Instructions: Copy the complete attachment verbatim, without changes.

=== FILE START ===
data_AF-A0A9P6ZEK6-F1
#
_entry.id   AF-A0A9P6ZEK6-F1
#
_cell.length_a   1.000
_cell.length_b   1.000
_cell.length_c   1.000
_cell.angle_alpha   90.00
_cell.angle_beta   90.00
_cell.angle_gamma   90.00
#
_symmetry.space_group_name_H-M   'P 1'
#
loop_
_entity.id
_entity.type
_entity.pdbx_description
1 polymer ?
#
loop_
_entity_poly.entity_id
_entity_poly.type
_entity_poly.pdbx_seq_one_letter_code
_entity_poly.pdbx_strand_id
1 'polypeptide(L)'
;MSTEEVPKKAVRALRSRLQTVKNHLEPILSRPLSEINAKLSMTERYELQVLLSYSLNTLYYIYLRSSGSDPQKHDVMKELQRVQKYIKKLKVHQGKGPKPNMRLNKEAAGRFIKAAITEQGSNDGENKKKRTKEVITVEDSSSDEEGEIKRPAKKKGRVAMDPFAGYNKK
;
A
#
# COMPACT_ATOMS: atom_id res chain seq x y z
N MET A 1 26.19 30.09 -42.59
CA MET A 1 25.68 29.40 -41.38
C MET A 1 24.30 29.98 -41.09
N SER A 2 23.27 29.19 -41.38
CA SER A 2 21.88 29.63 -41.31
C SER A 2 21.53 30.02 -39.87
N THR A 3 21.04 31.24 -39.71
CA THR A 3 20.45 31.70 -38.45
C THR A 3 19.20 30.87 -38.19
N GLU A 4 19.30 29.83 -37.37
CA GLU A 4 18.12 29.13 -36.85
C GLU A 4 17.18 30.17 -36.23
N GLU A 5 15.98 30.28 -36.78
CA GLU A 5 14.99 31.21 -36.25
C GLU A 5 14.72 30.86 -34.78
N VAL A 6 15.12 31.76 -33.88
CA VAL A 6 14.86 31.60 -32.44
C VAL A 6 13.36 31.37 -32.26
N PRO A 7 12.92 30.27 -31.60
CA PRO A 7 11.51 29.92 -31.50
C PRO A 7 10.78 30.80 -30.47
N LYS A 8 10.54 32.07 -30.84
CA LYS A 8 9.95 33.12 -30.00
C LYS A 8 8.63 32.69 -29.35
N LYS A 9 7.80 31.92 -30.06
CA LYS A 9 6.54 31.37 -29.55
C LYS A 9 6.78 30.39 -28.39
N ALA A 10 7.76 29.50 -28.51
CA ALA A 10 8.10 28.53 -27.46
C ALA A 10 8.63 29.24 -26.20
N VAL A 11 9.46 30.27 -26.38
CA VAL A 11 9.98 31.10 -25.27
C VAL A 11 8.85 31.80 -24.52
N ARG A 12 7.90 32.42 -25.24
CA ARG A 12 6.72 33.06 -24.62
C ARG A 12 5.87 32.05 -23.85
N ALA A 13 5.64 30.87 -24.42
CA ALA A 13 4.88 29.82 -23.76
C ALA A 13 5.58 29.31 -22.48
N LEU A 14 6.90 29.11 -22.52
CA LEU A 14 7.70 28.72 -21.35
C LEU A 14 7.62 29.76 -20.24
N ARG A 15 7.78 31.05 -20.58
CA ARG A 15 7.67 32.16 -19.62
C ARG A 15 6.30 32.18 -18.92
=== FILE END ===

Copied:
data_AF-A0A9P6ZEK6-F1
#
_entry.id   AF-A0A9P6ZEK6-F1
#
_cell.length_a   1.000
_cell.length_b   1.000
_cell.length_c   1.000
_cell.angle_alpha   90.00
_cell.angle_beta   90.00
_cell.angle_gamma   90.00
#
_symmetry.space_group_name_H-M   'P 1'
#
loop_
_entity.id
_entity.type
_entity.pdbx_description
1 polymer ?
#
loop_
_entity_poly.entity_id
_entity_poly.type
_entity_poly.pdbx_seq_one_letter_code
_entity_poly.pdbx_strand_id
1 'polypeptide(L)'
;MSTEEVPKKAVRALRSRLQTVKNHLEPILSRPLSEINAKLSMTERYELQVLLSYSLNTLYYIYLRSSGSDPQKHDVMKELQRVQKYIKKLKVHQGKGPKPNMRLNKEAAGRFIKAAITEQGSNDGENKKKRTKEVITVEDSSSDEEGEIKRPAKKKGRVAMDPFAGYNKK
;
A
#
# COMPACT_ATOMS: atom_id res chain seq x y z
N MET A 1 26.19 30.09 -42.59
CA MET A 1 25.68 29.40 -41.38
C MET A 1 24.30 29.98 -41.09
N SER A 2 23.27 29.19 -41.38
CA SER A 2 21.88 29.63 -41.31
C SER A 2 21.53 30.02 -39.87
N THR A 3 21.04 31.24 -39.71
CA THR A 3 20.45 31.70 -38.45
C THR A 3 19.20 30.87 -38.19
N GLU A 4 19.30 29.83 -37.37
CA GLU A 4 18.12 29.13 -36.85
C GLU A 4 17.18 30.17 -36.23
N GLU A 5 15.98 30.28 -36.78
CA GLU A 5 14.99 31.21 -36.25
C GLU A 5 14.72 30.86 -34.78
N VAL A 6 15.12 31.76 -33.88
CA VAL A 6 14.86 31.60 -32.44
C VAL A 6 13.36 31.37 -32.26
N PRO A 7 12.92 30.27 -31.60
CA PRO A 7 11.51 29.92 -31.50
C PRO A 7 10.78 30.80 -30.47
N LYS A 8 10.54 32.07 -30.84
CA LYS A 8 9.95 33.12 -30.00
C LYS A 8 8.63 32.69 -29.35
N LYS A 9 7.80 31.92 -30.06
CA LYS A 9 6.54 31.37 -29.55
C LYS A 9 6.78 30.39 -28.39
N ALA A 10 7.76 29.50 -28.51
CA ALA A 10 8.10 28.53 -27.46
C ALA A 10 8.63 29.24 -26.20
N VAL A 11 9.46 30.27 -26.38
CA VAL A 11 9.98 31.10 -25.27
C VAL A 11 8.85 31.80 -24.52
N ARG A 12 7.90 32.42 -25.24
CA ARG A 12 6.72 33.06 -24.62
C ARG A 12 5.87 32.05 -23.85
N ALA A 13 5.64 30.87 -24.42
CA ALA A 13 4.88 29.82 -23.76
C ALA A 13 5.58 29.31 -22.48
N LEU A 14 6.90 29.11 -22.52
CA LEU A 14 7.70 28.72 -21.35
C LEU A 14 7.62 29.76 -20.24
N ARG A 15 7.78 31.05 -20.58
CA ARG A 15 7.67 32.16 -19.62
C ARG A 15 6.30 32.18 -18.92